Sha Na Na founding member Dennis Greene dies
Dennis Greene, a founding member of the rock and roll/doo-wop group Sha Na Na and former Columbia Pictures executive, has died at a hospital in Dayton, Ohio. He was 66.
Los Angeles: Dennis Greene, a founding member of the rock and roll/doo-wop group Sha Na Na and former Columbia Pictures executive, has died at a hospital in Dayton, Ohio. He was 66.
According to the LA Times, Greene died after a brief illness on Saturday.
Greene reached fame as part of Sha Na Na, the group known for "Tears on My Pillow" and "Born to Hand-Jive." Both songs were on the soundtrack of the 1978 film "Grease," along with other tracks performed by the group including "Those Magic Changes," "Hound Dog," "Rock & Roll Is Here to Stay" and "Blue Moon."
Sha Na Na appeared as a band called Johnny Casino and the Gamblers in the film, along with appearances in the 1970 documentary "Woodstock" and the group's television series, "Sha Na Na." The variety show aired from 1978 to 1981.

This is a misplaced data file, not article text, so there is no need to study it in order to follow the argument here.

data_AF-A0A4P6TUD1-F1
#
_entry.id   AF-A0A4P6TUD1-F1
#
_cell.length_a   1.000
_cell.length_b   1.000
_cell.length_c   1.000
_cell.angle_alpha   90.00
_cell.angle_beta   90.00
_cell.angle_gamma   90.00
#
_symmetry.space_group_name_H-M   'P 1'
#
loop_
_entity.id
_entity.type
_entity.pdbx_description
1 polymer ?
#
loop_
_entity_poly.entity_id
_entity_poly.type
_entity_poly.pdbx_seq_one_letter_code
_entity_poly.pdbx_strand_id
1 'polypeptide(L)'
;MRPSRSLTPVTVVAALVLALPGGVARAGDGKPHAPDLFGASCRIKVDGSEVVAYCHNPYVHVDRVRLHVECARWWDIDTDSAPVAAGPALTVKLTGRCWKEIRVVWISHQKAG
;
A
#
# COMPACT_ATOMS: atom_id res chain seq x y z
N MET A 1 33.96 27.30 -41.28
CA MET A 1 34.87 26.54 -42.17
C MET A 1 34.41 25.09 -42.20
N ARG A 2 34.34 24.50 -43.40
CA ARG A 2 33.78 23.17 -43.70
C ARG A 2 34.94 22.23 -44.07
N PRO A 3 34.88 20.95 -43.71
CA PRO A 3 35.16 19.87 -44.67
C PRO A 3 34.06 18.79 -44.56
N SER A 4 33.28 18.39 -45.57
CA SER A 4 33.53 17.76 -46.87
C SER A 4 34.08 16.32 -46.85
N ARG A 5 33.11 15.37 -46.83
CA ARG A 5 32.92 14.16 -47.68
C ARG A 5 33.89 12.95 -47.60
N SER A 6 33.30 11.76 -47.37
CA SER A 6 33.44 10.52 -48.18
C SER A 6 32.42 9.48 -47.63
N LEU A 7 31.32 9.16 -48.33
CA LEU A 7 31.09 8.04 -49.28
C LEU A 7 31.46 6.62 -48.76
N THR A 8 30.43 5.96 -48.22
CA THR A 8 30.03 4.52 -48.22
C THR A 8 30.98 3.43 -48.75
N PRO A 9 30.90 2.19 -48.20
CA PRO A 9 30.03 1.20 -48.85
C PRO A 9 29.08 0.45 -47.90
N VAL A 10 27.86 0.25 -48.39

After 15 years with the group, formed at Columbia University, Greene left Sha Na Na to pursue a master's degree at Harvard and a law degree at Yale.
He went on to become vice president of production and features at Columbia Pictures, where he worked on Spike Lee's "School Daze," and later became president of Lenox/Greene Films.
Greene eventually settled in law. He worked as a professor at multiple universities, including University of Dayton, Florida A&M University and Ohio State University.
Greene is survived by his brothers Michael and Gerald.